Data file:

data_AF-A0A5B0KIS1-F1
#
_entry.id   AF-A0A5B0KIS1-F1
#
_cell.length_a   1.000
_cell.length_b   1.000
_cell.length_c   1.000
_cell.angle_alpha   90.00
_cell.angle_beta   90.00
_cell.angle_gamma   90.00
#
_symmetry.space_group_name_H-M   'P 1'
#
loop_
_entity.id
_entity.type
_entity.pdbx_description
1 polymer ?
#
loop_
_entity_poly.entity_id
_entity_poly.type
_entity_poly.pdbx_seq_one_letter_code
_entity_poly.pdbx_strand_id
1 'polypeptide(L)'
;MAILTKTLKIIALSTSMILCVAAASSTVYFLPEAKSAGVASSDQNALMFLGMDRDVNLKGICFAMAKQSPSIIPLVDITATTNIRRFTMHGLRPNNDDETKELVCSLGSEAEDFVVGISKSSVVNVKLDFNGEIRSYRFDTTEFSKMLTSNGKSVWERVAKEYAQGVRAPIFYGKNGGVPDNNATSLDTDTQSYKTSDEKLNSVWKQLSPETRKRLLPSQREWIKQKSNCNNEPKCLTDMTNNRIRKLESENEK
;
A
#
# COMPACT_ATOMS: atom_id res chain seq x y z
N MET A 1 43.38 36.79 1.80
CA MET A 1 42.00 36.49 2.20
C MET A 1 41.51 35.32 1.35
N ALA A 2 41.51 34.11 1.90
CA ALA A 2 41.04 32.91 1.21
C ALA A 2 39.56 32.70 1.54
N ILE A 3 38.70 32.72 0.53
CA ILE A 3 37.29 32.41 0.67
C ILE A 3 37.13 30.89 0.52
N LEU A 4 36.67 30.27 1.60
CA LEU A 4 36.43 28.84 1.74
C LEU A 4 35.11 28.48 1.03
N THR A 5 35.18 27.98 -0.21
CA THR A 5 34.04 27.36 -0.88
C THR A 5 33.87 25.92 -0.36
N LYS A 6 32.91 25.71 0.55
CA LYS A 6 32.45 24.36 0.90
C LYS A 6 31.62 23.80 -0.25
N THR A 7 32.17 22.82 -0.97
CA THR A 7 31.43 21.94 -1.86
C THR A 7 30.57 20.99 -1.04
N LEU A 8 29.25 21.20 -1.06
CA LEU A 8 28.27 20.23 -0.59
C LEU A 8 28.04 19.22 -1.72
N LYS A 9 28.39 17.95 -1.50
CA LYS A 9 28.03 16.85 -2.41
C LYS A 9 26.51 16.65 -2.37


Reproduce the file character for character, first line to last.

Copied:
data_AF-A0A5B0KIS1-F1
#
_entry.id   AF-A0A5B0KIS1-F1
#
_cell.length_a   1.000
_cell.length_b   1.000
_cell.length_c   1.000
_cell.angle_alpha   90.00
_cell.angle_beta   90.00
_cell.angle_gamma   90.00
#
_symmetry.space_group_name_H-M   'P 1'
#
loop_
_entity.id
_entity.type
_entity.pdbx_description
1 polymer ?
#
loop_
_entity_poly.entity_id
_entity_poly.type
_entity_poly.pdbx_seq_one_letter_code
_entity_poly.pdbx_strand_id
1 'polypeptide(L)'
;MAILTKTLKIIALSTSMILCVAAASSTVYFLPEAKSAGVASSDQNALMFLGMDRDVNLKGICFAMAKQSPSIIPLVDITATTNIRRFTMHGLRPNNDDETKELVCSLGSEAEDFVVGISKSSVVNVKLDFNGEIRSYRFDTTEFSKMLTSNGKSVWERVAKEYAQGVRAPIFYGKNGGVPDNNATSLDTDTQSYKTSDEKLNSVWKQLSPETRKRLLPSQREWIKQKSNCNNEPKCLTDMTNNRIRKLESENEK
;
A
#
# COMPACT_ATOMS: atom_id res chain seq x y z
N MET A 1 43.38 36.79 1.80
CA MET A 1 42.00 36.49 2.20
C MET A 1 41.51 35.32 1.35
N ALA A 2 41.51 34.11 1.90
CA ALA A 2 41.04 32.91 1.21
C ALA A 2 39.56 32.70 1.54
N ILE A 3 38.70 32.72 0.53
CA ILE A 3 37.29 32.41 0.67
C ILE A 3 37.13 30.89 0.52
N LEU A 4 36.67 30.27 1.60
CA LEU A 4 36.43 28.84 1.74
C LEU A 4 35.11 28.48 1.03
N THR A 5 35.18 27.98 -0.21
CA THR A 5 34.04 27.36 -0.88
C THR A 5 33.87 25.92 -0.36
N LYS A 6 32.91 25.71 0.55
CA LYS A 6 32.45 24.36 0.90
C LYS A 6 31.62 23.80 -0.25
N THR A 7 32.17 22.82 -0.97
CA THR A 7 31.43 21.94 -1.86
C THR A 7 30.57 20.99 -1.04
N LEU A 8 29.25 21.20 -1.06
CA LEU A 8 28.27 20.23 -0.59
C LEU A 8 28.04 19.22 -1.72
N LYS A 9 28.39 17.95 -1.50
CA LYS A 9 28.03 16.85 -2.41
C LYS A 9 26.51 16.65 -2.37